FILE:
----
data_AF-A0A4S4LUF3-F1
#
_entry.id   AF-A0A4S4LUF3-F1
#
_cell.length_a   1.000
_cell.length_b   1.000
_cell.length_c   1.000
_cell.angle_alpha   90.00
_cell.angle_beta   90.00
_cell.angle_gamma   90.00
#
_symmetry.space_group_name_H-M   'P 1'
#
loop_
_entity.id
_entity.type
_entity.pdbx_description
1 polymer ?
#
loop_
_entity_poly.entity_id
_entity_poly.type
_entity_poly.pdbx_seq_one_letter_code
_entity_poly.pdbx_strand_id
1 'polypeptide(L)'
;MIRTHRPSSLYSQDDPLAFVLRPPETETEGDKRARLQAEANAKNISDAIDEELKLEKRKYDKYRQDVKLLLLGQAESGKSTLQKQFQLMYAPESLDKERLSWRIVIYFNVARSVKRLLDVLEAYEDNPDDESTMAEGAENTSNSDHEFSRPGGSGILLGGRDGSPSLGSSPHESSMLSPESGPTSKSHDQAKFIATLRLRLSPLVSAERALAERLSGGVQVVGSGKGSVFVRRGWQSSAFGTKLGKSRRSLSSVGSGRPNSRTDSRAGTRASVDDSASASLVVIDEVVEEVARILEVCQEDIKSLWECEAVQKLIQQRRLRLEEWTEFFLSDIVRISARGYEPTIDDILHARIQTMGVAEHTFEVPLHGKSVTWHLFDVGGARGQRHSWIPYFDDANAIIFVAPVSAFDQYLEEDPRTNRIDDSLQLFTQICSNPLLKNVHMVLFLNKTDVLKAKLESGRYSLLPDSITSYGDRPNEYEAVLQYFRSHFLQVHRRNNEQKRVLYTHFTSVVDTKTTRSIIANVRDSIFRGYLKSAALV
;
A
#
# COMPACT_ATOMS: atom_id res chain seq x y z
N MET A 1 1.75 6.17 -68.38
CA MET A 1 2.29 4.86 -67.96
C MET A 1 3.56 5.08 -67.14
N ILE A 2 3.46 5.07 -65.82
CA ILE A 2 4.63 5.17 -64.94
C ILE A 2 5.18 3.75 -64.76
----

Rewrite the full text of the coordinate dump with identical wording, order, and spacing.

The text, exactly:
data_AF-A0A4S4LUF3-F1
#
_entry.id   AF-A0A4S4LUF3-F1
#
_cell.length_a   1.000
_cell.length_b   1.000
_cell.length_c   1.000
_cell.angle_alpha   90.00
_cell.angle_beta   90.00
_cell.angle_gamma   90.00
#
_symmetry.space_group_name_H-M   'P 1'
#
loop_
_entity.id
_entity.type
_entity.pdbx_description
1 polymer ?
#
loop_
_entity_poly.entity_id
_entity_poly.type
_entity_poly.pdbx_seq_one_letter_code
_entity_poly.pdbx_strand_id
1 'polypeptide(L)'
;MIRTHRPSSLYSQDDPLAFVLRPPETETEGDKRARLQAEANAKNISDAIDEELKLEKRKYDKYRQDVKLLLLGQAESGKSTLQKQFQLMYAPESLDKERLSWRIVIYFNVARSVKRLLDVLEAYEDNPDDESTMAEGAENTSNSDHEFSRPGGSGILLGGRDGSPSLGSSPHESSMLSPESGPTSKSHDQAKFIATLRLRLSPLVSAERALAERLSGGVQVVGSGKGSVFVRRGWQSSAFGTKLGKSRRSLSSVGSGRPNSRTDSRAGTRASVDDSASASLVVIDEVVEEVARILEVCQEDIKSLWECEAVQKLIQQRRLRLEEWTEFFLSDIVRISARGYEPTIDDILHARIQTMGVAEHTFEVPLHGKSVTWHLFDVGGARGQRHSWIPYFDDANAIIFVAPVSAFDQYLEEDPRTNRIDDSLQLFTQICSNPLLKNVHMVLFLNKTDVLKAKLESGRYSLLPDSITSYGDRPNEYEAVLQYFRSHFLQVHRRNNEQKRVLYTHFTSVVDTKTTRSIIANVRDSIFRGYLKSAALV
;
A
#
# COMPACT_ATOMS: atom_id res chain seq x y z
N MET A 1 1.75 6.17 -68.38
CA MET A 1 2.29 4.86 -67.96
C MET A 1 3.56 5.08 -67.14
N ILE A 2 3.46 5.07 -65.82
CA ILE A 2 4.63 5.17 -64.94
C ILE A 2 5.18 3.75 -64.76